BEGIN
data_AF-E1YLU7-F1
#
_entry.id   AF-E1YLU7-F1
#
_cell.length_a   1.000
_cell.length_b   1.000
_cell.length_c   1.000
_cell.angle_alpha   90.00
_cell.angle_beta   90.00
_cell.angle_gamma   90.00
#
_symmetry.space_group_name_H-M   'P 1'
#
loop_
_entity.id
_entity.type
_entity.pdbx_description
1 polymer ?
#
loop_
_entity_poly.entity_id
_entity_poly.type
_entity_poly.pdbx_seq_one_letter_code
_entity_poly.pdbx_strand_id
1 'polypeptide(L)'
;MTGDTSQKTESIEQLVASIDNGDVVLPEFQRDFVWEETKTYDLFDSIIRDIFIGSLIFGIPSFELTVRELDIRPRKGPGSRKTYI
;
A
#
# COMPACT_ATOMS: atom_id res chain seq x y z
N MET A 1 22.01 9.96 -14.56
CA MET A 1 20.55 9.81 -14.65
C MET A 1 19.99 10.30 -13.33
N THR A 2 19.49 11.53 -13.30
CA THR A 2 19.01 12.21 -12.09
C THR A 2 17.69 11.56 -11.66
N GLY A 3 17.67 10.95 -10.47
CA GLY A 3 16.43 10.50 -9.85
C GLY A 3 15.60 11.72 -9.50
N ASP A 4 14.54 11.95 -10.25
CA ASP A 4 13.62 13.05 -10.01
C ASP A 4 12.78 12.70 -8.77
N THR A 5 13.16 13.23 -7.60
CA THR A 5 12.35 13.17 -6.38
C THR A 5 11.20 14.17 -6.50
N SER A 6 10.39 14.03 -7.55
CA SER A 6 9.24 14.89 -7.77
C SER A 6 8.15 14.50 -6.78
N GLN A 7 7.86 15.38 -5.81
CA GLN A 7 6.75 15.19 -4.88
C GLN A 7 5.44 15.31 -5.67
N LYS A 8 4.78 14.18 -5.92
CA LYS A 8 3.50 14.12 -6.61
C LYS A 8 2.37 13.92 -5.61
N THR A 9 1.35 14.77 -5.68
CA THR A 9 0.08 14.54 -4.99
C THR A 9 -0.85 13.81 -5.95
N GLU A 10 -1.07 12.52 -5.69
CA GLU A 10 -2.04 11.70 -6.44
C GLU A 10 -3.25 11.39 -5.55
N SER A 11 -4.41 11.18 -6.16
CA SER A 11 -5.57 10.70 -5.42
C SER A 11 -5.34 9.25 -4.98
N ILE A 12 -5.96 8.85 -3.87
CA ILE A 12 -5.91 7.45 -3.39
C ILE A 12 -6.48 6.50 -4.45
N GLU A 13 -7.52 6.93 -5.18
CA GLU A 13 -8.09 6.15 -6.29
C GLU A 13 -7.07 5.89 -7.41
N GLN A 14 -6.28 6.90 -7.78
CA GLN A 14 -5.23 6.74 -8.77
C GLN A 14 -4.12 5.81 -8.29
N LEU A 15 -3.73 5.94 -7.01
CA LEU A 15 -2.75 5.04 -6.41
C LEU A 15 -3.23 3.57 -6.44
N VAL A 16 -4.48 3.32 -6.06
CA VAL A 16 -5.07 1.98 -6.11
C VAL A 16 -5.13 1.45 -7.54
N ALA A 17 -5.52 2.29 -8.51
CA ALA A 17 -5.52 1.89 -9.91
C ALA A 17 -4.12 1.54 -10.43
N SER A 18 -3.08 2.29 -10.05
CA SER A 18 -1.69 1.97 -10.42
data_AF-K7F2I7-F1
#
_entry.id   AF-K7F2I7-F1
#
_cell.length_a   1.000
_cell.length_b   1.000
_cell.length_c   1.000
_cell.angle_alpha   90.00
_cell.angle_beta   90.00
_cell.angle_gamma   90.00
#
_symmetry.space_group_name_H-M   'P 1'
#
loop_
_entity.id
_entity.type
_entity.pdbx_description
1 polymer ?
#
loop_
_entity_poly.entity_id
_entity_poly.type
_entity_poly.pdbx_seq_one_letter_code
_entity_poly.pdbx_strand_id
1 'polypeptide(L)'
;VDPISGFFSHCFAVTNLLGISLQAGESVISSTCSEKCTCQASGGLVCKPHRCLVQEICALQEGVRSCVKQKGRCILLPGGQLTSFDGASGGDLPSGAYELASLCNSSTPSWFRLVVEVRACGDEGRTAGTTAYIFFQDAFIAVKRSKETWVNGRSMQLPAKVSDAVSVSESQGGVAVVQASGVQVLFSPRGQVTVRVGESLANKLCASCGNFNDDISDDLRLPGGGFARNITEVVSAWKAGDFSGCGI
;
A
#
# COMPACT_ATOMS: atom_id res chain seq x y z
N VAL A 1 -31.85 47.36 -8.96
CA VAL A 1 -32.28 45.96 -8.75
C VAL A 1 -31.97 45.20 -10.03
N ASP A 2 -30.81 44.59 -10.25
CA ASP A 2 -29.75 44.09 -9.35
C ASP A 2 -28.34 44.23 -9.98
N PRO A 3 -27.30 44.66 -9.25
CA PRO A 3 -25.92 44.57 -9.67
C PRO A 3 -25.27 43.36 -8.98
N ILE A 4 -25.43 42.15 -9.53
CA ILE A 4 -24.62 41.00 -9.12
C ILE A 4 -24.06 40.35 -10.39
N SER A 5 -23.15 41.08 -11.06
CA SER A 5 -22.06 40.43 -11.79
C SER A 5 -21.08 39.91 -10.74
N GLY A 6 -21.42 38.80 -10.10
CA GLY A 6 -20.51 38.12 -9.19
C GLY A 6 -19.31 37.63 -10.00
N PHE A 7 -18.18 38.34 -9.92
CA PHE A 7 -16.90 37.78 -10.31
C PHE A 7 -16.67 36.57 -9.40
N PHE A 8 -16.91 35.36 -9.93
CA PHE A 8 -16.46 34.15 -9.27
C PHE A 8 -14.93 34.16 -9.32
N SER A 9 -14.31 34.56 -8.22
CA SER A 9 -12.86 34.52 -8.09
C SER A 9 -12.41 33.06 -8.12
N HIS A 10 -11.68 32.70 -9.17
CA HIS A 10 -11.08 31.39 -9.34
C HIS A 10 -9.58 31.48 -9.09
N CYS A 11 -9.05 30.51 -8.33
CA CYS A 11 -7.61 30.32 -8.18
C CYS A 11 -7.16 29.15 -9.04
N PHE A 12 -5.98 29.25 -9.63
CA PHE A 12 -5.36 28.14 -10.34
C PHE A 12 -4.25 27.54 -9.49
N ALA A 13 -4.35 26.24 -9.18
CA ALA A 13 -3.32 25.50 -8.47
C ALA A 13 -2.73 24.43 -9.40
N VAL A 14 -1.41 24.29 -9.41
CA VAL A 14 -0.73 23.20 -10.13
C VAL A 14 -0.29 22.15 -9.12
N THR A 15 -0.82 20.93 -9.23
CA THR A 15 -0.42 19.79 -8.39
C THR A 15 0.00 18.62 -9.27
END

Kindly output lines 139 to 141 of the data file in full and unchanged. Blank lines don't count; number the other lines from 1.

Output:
CA SER A 9 -12.86 34.52 -8.09
C SER A 9 -12.41 33.06 -8.12
N HIS A 10 -11.68 32.70 -9.17